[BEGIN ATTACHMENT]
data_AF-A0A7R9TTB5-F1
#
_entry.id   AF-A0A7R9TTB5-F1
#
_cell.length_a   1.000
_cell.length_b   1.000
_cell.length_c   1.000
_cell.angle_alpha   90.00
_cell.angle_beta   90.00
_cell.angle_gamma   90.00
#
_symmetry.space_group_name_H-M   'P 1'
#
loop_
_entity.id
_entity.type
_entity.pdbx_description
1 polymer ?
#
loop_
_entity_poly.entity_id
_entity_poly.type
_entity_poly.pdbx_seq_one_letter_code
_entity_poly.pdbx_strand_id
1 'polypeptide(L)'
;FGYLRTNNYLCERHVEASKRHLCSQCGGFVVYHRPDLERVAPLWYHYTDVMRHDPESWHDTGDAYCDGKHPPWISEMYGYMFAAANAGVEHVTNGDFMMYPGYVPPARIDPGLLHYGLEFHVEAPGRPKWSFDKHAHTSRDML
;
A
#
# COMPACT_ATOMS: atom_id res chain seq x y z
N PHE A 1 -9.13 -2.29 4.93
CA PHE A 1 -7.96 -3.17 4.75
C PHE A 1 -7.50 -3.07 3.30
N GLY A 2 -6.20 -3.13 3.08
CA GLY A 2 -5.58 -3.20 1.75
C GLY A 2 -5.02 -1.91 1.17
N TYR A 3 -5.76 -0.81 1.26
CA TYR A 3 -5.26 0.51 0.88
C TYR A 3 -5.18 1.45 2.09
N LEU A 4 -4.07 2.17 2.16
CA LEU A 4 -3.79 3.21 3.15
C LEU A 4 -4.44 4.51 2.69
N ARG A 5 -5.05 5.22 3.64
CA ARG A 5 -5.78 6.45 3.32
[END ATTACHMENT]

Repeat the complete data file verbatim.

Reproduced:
data_AF-A0A7R9TTB5-F1
#
_entry.id   AF-A0A7R9TTB5-F1
#
_cell.length_a   1.000
_cell.length_b   1.000
_cell.length_c   1.000
_cell.angle_alpha   90.00
_cell.angle_beta   90.00
_cell.angle_gamma   90.00
#
_symmetry.space_group_name_H-M   'P 1'
#
loop_
_entity.id
_entity.type
_entity.pdbx_description
1 polymer ?
#
loop_
_entity_poly.entity_id
_entity_poly.type
_entity_poly.pdbx_seq_one_letter_code
_entity_poly.pdbx_strand_id
1 'polypeptide(L)'
;FGYLRTNNYLCERHVEASKRHLCSQCGGFVVYHRPDLERVAPLWYHYTDVMRHDPESWHDTGDAYCDGKHPPWISEMYGYMFAAANAGVEHVTNGDFMMYPGYVPPARIDPGLLHYGLEFHVEAPGRPKWSFDKHAHTSRDML
;
A
#
# COMPACT_ATOMS: atom_id res chain seq x y z
N PHE A 1 -9.13 -2.29 4.93
CA PHE A 1 -7.96 -3.17 4.75
C PHE A 1 -7.50 -3.07 3.30
N GLY A 2 -6.20 -3.13 3.08
CA GLY A 2 -5.58 -3.20 1.75
C GLY A 2 -5.02 -1.91 1.17
N TYR A 3 -5.76 -0.81 1.26
CA TYR A 3 -5.26 0.51 0.88
C TYR A 3 -5.18 1.45 2.09
N LEU A 4 -4.07 2.17 2.16
CA LEU A 4 -3.79 3.21 3.15
C LEU A 4 -4.44 4.51 2.69
N ARG A 5 -5.05 5.22 3.64
CA ARG A 5 -5.78 6.45 3.32